So what is the common property between an atomic action and a volatile memory? They both exhibit the property of total ordering. Let's assume for where is the set of possible actions a program can execute, and denotes that an action precedes action , then the property of total order means:
Literally, the set of rules mean (1) that for any action that precedes and any action that precedes , then the action must necessarily be the same action as . (2) If precedes , and precedes , then must precede . (3) must precede or must precede . These are just some mathematical (or convoluted) formalisms of saying any action is guaranteed to be in sequential order.
But that's where the similarity ends.
An atomic action is literally what it means: an action that is indivisible. Volatile memory only provides a guarantee of sequential order, but offers no guarantee that an interleaving of actions cannot occur. For an illustration, lets take a look at the following code:
a = 0;
Assume that 'a' is a volatile variable. From the code, we naturally think that the increment operator (++) will atomically increment the value of 'a' to 1, but this assumption is slightly faulty:
[a] = 0;
r0 = [a];
r0 = r0 + 1;
[a] = r0;
The square brackets between [a] denotes a value gotten from memory, while r0 represents a register in which the addition operation actually occurs. An increment operation is actually a composite action, composed of a read, then a write action. (By the way, it is implied that register actions are atomic, despite being a composite action. This is because an operation within a register cannot be directly observed).
So increment is a composite action, compared to being an atomic action, what's the harm? Lets go through the same example, but with 2 concurrent processors executing simultaneously:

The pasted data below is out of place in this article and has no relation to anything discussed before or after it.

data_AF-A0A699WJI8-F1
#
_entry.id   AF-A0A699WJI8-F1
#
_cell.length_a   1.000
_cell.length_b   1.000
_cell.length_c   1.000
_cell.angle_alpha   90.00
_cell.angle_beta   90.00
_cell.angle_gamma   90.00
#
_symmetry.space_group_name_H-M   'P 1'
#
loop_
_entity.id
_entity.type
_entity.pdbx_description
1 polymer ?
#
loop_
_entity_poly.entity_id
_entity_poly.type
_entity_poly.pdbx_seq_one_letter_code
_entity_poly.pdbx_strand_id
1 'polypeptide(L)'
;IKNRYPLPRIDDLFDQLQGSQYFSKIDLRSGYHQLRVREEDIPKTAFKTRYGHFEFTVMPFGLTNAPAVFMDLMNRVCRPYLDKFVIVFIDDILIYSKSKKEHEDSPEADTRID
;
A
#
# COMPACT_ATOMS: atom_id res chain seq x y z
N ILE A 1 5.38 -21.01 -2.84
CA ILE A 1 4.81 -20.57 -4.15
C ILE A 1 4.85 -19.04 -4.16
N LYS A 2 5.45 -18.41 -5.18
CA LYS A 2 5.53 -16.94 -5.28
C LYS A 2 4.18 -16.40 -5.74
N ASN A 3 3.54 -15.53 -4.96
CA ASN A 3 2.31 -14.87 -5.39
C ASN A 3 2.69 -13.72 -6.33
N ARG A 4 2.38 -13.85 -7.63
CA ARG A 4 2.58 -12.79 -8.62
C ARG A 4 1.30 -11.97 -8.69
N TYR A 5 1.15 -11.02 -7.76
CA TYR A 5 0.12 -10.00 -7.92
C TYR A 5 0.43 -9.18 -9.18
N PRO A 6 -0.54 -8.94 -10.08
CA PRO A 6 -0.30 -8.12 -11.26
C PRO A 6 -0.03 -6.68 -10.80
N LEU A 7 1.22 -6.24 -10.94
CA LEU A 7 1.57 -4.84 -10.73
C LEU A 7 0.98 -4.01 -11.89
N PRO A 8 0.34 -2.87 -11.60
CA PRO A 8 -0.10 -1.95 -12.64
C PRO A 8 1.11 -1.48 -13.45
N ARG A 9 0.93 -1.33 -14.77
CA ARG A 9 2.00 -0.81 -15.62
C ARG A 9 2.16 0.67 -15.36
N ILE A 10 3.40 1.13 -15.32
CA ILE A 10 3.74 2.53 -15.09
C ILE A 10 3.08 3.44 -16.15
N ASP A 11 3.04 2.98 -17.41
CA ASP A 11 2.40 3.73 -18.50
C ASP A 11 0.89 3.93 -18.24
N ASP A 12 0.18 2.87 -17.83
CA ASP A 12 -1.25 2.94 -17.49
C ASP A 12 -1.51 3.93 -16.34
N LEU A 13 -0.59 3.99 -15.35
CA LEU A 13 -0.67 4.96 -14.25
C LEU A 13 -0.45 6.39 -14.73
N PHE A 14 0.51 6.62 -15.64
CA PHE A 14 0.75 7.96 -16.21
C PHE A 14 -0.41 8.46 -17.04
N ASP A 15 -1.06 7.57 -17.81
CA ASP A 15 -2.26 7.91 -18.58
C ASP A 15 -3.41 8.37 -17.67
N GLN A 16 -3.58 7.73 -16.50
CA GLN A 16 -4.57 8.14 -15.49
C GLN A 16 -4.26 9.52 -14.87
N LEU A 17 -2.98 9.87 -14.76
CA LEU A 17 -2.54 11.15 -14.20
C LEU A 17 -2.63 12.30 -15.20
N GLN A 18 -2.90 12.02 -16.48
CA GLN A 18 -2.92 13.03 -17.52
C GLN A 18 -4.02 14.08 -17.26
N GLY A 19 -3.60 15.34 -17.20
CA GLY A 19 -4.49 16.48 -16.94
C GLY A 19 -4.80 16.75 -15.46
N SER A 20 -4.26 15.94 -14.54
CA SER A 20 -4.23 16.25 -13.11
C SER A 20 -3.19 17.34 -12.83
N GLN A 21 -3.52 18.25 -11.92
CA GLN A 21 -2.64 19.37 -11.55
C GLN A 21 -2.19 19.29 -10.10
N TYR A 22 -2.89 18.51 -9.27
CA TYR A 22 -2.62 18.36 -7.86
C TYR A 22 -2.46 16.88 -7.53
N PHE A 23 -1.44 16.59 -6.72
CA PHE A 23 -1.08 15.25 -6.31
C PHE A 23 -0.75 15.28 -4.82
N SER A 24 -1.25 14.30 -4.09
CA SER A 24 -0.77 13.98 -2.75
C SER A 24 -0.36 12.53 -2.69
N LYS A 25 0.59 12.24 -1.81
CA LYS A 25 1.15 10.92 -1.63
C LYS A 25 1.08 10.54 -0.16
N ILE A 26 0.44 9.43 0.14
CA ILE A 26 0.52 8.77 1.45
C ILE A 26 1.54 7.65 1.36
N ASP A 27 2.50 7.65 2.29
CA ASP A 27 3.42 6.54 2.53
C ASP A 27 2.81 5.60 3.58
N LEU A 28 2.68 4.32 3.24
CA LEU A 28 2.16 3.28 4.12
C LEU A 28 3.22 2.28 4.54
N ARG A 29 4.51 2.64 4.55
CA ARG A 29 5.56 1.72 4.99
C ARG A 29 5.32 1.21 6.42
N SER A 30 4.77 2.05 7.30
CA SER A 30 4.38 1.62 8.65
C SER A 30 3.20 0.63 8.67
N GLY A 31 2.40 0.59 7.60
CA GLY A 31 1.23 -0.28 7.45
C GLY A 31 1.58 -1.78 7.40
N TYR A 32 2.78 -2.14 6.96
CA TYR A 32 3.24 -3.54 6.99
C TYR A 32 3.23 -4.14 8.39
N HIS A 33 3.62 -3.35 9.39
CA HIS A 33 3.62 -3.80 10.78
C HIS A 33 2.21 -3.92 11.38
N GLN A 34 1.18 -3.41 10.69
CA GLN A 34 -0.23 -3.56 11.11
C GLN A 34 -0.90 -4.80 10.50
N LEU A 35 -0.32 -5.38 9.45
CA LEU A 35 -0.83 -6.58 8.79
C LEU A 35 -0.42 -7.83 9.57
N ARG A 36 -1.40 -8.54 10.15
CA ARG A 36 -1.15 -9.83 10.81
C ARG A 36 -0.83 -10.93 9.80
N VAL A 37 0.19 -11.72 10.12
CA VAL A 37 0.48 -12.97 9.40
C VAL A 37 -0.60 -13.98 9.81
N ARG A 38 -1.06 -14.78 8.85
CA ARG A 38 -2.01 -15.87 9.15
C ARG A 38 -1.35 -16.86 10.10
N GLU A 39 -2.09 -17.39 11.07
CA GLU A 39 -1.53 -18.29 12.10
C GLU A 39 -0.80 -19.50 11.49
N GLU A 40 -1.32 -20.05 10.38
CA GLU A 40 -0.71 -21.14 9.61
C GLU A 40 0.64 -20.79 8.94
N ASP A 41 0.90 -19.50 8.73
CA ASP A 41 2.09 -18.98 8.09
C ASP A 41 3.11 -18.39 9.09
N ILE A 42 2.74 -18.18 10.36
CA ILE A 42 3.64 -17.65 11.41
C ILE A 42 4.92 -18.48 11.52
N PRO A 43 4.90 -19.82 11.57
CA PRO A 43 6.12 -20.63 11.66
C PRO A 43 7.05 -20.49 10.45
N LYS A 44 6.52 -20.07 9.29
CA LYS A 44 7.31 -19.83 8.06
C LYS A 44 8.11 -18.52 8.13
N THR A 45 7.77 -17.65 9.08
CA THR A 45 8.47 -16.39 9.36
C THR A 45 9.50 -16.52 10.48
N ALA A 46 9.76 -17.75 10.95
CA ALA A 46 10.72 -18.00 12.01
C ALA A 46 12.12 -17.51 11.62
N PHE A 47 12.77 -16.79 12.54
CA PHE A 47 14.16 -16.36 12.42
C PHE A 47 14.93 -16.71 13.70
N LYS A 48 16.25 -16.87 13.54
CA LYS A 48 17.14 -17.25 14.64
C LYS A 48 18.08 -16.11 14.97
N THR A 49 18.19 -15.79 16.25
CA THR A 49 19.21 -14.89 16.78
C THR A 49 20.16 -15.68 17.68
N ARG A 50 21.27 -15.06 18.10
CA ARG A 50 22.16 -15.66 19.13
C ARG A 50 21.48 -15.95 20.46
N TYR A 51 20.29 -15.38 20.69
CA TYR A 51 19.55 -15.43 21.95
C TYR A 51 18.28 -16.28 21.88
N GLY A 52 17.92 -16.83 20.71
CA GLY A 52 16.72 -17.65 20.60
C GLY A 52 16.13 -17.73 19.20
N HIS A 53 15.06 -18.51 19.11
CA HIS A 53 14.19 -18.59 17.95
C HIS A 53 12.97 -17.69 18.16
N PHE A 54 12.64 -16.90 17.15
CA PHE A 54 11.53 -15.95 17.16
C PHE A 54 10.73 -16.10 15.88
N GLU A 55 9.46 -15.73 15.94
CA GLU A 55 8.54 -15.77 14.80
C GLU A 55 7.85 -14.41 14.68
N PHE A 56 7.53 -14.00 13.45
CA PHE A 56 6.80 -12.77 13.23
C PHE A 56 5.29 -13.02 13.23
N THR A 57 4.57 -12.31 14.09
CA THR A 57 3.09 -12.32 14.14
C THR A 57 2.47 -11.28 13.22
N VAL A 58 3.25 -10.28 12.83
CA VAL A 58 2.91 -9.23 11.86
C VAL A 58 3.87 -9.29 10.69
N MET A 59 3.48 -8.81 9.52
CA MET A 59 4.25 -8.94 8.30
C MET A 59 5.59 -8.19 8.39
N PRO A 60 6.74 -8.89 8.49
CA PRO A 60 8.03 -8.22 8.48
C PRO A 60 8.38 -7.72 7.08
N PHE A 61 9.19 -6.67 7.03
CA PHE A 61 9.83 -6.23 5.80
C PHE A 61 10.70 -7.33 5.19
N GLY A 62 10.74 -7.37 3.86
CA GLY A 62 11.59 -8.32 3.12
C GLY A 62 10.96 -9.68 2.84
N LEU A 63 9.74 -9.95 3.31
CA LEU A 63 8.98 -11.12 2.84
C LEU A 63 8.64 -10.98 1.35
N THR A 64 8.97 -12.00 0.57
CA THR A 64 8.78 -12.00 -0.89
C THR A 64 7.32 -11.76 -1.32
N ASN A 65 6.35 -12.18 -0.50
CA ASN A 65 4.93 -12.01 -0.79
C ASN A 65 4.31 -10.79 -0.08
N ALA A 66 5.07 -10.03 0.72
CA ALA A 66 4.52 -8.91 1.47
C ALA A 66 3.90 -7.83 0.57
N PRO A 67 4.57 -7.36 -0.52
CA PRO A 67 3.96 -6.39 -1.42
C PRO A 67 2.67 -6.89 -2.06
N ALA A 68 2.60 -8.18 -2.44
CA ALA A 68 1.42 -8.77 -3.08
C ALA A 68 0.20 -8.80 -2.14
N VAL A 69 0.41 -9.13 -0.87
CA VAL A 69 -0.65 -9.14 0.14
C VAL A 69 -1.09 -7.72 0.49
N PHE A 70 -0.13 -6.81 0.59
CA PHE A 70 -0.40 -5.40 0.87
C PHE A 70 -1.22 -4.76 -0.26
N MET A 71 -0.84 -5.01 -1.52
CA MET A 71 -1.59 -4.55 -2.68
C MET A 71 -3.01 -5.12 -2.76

Lets assume that a is initially 0 to start. Given that iff the actions from CPU1 and CPU2 are both volatile and atomic, then the only possible transition value that can be seen after execution can only be 2.
However, if the actions from CPU1 and CPU2 are only volatile, then the actions can translate to this:
|r0 = a;||r1 = a;|
|r0 = r0 + 1;||r1= r1 + 1|
|a = r0;||a = r1|
For all the possible decompositions of into uniprocessor- interleavings, one can see that it is possible that both registers r0 and r1 both read a as 0 simultaneously which causes the resultant possible values to be either 1 or 2. Clearly seeing 1 is wrong, since if the operation is atomic, then 1 cannot be a legal value at the end of the execution.
Conversely, a volatile variable can be deemed atomic. Consider the example below:
In this case, the only possible set of terminal values are 1 or 2, which is exactly the same as you would get for an atomic action. Therefore, a volatile memory access is atomic iff you perform only a read or write action, which are atomic in nature. But a volatile variable is no guarantee of atomicity if a composite action is executed.
Hence the label atomic actions is a slight misnomer, because it doesn't imply that the action is atomic, but rather it means that it guarantees a composite action is executed as a single atomic action. A well known example of such a composite action is the Compare-and-Swap instruction.
For simplicity, just remember that atomicity is not a property of memory, but a property its actions, to which a volatile memory access may or may not uphold.